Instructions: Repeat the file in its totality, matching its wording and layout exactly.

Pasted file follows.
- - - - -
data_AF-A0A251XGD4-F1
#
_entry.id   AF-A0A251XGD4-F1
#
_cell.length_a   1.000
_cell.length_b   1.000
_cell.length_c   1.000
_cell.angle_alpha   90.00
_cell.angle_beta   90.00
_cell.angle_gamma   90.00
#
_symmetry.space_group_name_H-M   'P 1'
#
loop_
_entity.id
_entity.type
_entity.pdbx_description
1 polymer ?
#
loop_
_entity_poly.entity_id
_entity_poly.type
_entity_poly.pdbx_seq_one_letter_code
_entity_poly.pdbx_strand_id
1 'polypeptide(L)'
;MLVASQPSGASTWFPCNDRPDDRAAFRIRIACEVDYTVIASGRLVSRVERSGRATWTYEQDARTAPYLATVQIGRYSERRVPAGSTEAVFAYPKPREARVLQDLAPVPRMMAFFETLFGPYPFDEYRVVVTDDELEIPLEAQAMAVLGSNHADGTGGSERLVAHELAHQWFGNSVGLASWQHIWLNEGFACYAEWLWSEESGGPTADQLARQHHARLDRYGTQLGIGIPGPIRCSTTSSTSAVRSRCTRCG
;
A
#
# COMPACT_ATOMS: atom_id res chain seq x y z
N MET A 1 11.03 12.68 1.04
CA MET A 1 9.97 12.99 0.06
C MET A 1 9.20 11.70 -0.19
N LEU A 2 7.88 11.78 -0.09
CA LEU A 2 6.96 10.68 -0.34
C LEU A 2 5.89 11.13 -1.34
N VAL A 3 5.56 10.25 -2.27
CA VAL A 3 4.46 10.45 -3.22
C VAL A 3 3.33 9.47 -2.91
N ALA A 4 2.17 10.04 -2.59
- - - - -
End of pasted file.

data_AF-A0A251XGD4-F1
#
_entry.id   AF-A0A251XGD4-F1
#
_cell.length_a   1.000
_cell.length_b   1.000
_cell.length_c   1.000
_cell.angle_alpha   90.00
_cell.angle_beta   90.00
_cell.angle_gamma   90.00
#
_symmetry.space_group_name_H-M   'P 1'
#
loop_
_entity.id
_entity.type
_entity.pdbx_description
1 polymer ?
#
loop_
_entity_poly.entity_id
_entity_poly.type
_entity_poly.pdbx_seq_one_letter_code
_entity_poly.pdbx_strand_id
1 'polypeptide(L)'
;MLVASQPSGASTWFPCNDRPDDRAAFRIRIACEVDYTVIASGRLVSRVERSGRATWTYEQDARTAPYLATVQIGRYSERRVPAGSTEAVFAYPKPREARVLQDLAPVPRMMAFFETLFGPYPFDEYRVVVTDDELEIPLEAQAMAVLGSNHADGTGGSERLVAHELAHQWFGNSVGLASWQHIWLNEGFACYAEWLWSEESGGPTADQLARQHHARLDRYGTQLGIGIPGPIRCSTTSSTSAVRSRCTRCG
;
A
#
# COMPACT_ATOMS: atom_id res chain seq x y z
N MET A 1 11.03 12.68 1.04
CA MET A 1 9.97 12.99 0.06
C MET A 1 9.20 11.70 -0.19
N LEU A 2 7.88 11.78 -0.09
CA LEU A 2 6.96 10.68 -0.34
C LEU A 2 5.89 11.13 -1.34
N VAL A 3 5.56 10.25 -2.27
CA VAL A 3 4.46 10.45 -3.22
C VAL A 3 3.33 9.47 -2.91
N ALA A 4 2.17 10.04 -2.59